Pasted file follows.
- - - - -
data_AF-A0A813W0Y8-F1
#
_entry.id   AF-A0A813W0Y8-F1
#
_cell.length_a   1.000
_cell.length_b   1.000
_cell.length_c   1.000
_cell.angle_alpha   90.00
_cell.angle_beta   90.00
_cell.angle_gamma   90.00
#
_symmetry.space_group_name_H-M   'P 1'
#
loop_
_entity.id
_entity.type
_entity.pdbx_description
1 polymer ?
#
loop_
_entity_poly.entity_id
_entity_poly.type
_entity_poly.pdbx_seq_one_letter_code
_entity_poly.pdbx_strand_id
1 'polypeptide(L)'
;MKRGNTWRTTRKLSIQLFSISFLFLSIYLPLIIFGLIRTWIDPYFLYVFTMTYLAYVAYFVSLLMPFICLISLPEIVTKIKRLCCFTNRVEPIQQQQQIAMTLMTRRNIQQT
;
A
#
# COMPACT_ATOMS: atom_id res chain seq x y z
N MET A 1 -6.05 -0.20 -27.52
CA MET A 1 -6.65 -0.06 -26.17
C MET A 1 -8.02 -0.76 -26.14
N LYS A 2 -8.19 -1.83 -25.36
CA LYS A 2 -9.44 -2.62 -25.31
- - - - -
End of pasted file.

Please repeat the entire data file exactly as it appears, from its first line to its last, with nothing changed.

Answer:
data_AF-A0A813W0Y8-F1
#
_entry.id   AF-A0A813W0Y8-F1
#
_cell.length_a   1.000
_cell.length_b   1.000
_cell.length_c   1.000
_cell.angle_alpha   90.00
_cell.angle_beta   90.00
_cell.angle_gamma   90.00
#
_symmetry.space_group_name_H-M   'P 1'
#
loop_
_entity.id
_entity.type
_entity.pdbx_description
1 polymer ?
#
loop_
_entity_poly.entity_id
_entity_poly.type
_entity_poly.pdbx_seq_one_letter_code
_entity_poly.pdbx_strand_id
1 'polypeptide(L)'
;MKRGNTWRTTRKLSIQLFSISFLFLSIYLPLIIFGLIRTWIDPYFLYVFTMTYLAYVAYFVSLLMPFICLISLPEIVTKIKRLCCFTNRVEPIQQQQQIAMTLMTRRNIQQT
;
A
#
# COMPACT_ATOMS: atom_id res chain seq x y z
N MET A 1 -6.05 -0.20 -27.52
CA MET A 1 -6.65 -0.06 -26.17
C MET A 1 -8.02 -0.76 -26.14
N LYS A 2 -8.19 -1.83 -25.36
CA LYS A 2 -9.44 -2.62 -25.31